Murdo Gordon, executive vice president and chief commercial officer, Bristol-Myers Squibb, shared, “With approvals in more than 60 countries, Opdivo is a global standard of care for previously treated
NSCLC, and we are proud to bring this foundational I-O treatment option to patients and physicians in China. We look forward to continuing to work together with the CNDA to usher in additional healthcare innovations in China, with our shared commitment to moving quickly to help patients.”
Professor Yi-Long Wu, a tenured director of Guangdong General Hospital and the chair of the Chinese Thoracic Oncology Group said, “With most lung cancer patients already at an advanced stage when diagnosed, prolonging survival is an important goal. The approval of Opdivo as the first I-O agent in China is a significant therapeutic advance and is great news for patients and clinicians alike, offering for the first time an I-O treatment option that is proven to extend survival in predominantly Chinese patients with previously treated NSCLC.”
“We are thrilled to be able to bring this proven treatment, Opdivo, which has demonstrated superior overall survival versus chemotherapy in previously treated NSCLC patients in China, and are committed to working with stakeholders to ensure patients can quickly access Opdivo,” said Fouad Namouni, M.D., head of development, Oncology, Bristol-Myers Squibb. “With more than 7,500 cancer deaths per day estimated in China, we will continue to work with urgency to integrate the unmet treatment needs of Chinese patients in our ongoing I-O global development program, with the goal of bringing them innovative therapies as quickly as possible.”
Improving accessibility and availability
According to The Lancet report published on May 12, 2018 titled ‘Cancer drugs in China: affordability and creativity’, “Improving the accessibility and availability of effective treatments is key to tackling the huge burden of cancer in China. However, in terms of local affordability of cancer drugs, China emerges as one of the countries with the least affordable prices in the world.”
The report notes that to ease the financial burden of patients with cancer and reduce the price of costly cancer drugs, the Chinese government has vowed to take immediate steps to exempt tariffs on imported cancer drugs as of May 1, initiate centralised government negotiations and procurement of cancer drugs, and incorporate more cancer drugs into the catalogue of medical insurance reimbursement. Furthermore, as the vice director of the National Health Commission Zeng Yixin pointed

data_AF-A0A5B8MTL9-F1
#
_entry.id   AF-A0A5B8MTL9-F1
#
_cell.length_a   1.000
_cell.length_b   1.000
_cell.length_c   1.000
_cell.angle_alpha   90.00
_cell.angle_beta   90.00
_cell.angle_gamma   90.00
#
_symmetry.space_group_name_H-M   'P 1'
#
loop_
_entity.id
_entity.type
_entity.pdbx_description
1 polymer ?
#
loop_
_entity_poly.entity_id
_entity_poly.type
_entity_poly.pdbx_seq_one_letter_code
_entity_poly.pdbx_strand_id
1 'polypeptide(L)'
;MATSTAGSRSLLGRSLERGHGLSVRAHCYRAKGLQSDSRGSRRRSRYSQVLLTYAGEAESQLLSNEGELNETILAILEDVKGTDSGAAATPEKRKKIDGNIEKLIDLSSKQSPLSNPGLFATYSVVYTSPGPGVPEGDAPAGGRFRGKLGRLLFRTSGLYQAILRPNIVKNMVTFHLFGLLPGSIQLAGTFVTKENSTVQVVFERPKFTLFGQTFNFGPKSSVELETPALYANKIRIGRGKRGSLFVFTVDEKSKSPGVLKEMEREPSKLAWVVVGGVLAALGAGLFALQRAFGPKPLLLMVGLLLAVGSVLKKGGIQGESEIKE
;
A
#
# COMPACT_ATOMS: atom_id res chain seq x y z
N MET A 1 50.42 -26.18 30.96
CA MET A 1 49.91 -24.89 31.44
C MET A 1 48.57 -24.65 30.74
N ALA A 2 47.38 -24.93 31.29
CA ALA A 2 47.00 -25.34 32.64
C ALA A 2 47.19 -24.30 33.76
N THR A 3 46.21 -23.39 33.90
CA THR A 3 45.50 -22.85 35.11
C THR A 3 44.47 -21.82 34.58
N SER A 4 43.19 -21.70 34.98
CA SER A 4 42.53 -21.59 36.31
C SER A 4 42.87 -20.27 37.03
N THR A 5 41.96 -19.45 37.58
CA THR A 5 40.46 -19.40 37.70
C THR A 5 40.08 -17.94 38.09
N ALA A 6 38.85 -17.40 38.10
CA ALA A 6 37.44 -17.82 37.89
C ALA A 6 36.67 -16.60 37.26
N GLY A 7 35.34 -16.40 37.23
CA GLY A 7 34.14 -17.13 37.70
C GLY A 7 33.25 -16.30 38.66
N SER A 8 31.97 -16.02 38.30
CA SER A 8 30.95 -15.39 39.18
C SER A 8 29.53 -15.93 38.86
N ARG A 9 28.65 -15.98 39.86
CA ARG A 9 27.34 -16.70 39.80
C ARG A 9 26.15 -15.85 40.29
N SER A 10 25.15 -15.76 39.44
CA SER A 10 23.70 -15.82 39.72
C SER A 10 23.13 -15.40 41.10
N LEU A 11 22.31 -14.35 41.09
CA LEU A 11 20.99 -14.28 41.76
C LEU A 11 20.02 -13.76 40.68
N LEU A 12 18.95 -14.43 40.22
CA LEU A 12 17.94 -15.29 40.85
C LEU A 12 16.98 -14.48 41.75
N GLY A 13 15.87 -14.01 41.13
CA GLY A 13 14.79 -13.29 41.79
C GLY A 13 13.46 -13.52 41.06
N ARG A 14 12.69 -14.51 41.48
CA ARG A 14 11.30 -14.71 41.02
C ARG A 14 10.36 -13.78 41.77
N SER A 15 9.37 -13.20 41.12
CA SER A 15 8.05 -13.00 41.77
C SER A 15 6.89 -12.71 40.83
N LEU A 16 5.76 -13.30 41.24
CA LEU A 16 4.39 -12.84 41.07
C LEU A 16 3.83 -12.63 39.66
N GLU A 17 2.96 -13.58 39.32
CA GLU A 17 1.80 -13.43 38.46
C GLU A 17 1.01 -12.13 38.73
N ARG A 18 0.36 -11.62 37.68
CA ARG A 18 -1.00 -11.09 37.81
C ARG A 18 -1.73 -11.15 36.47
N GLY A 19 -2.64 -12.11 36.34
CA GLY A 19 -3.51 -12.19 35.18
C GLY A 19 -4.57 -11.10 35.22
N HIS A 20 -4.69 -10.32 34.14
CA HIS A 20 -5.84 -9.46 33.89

out, a long-term strategy of controlling cancer drug pricing further will be built up through four major areas: encouraging new cancer drug discovery and development, accelerating the review and approval procedures for new medicines, reducing circulation costs, and improving cancer diagnosis and rational drug use in China.
Cancer care remains a massive burden on China's health system. The sales of anticancer medicines in China exceed 120 billion yuan ($19•12 billion) per year, half of which are generated by imported medicines that China heavily relies on.
The Lancet continues to add that understandably, there is concern that the tariff cut could put some pressure on domestic pharmaceutical companies due to more tense competition. However, it will be crucial to seize the great opportunity of China's longterm plan of greater investment in drug discovery, to strengthen China's own vibrant and innovative pharmaceutical industry, in collaboration with different stakeholders, particularly academia, and to develop affordable and effective medicines for patients in China. Even without tariffs, the price of imported drugs is still likely to be unsustainable (as elsewhere in the world) without local Chinese solutions.